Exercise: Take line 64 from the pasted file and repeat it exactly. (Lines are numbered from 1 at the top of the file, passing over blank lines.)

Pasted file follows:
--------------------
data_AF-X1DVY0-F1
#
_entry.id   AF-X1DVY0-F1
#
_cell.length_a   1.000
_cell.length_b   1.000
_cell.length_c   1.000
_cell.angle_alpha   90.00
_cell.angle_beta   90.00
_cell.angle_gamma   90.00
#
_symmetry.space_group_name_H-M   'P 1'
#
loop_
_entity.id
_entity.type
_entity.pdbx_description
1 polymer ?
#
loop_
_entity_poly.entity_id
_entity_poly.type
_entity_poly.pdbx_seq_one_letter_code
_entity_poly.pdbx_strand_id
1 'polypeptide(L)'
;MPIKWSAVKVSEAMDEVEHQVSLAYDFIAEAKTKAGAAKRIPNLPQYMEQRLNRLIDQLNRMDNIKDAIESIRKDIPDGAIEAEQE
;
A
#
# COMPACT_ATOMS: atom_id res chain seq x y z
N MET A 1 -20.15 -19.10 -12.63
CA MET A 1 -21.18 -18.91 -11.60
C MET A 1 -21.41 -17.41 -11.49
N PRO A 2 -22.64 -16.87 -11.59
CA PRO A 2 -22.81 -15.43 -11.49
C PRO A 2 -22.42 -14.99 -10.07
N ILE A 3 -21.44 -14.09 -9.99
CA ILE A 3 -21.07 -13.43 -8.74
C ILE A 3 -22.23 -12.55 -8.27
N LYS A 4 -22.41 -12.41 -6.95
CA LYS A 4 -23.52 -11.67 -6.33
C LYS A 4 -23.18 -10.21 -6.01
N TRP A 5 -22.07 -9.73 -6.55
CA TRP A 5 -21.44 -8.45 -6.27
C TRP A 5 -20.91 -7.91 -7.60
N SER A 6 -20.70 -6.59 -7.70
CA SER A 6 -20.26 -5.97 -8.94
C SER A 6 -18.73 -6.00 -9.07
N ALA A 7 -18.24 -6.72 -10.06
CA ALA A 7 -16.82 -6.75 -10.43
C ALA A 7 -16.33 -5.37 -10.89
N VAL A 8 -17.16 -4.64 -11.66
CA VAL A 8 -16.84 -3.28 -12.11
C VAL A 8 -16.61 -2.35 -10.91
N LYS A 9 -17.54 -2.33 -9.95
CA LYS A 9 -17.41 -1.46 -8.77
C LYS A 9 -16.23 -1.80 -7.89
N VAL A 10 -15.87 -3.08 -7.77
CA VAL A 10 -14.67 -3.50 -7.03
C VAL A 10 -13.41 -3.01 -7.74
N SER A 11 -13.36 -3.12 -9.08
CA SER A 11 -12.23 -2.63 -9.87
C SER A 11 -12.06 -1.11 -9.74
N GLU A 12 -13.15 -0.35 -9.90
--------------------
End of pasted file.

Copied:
N GLU A 12 -13.15 -0.35 -9.90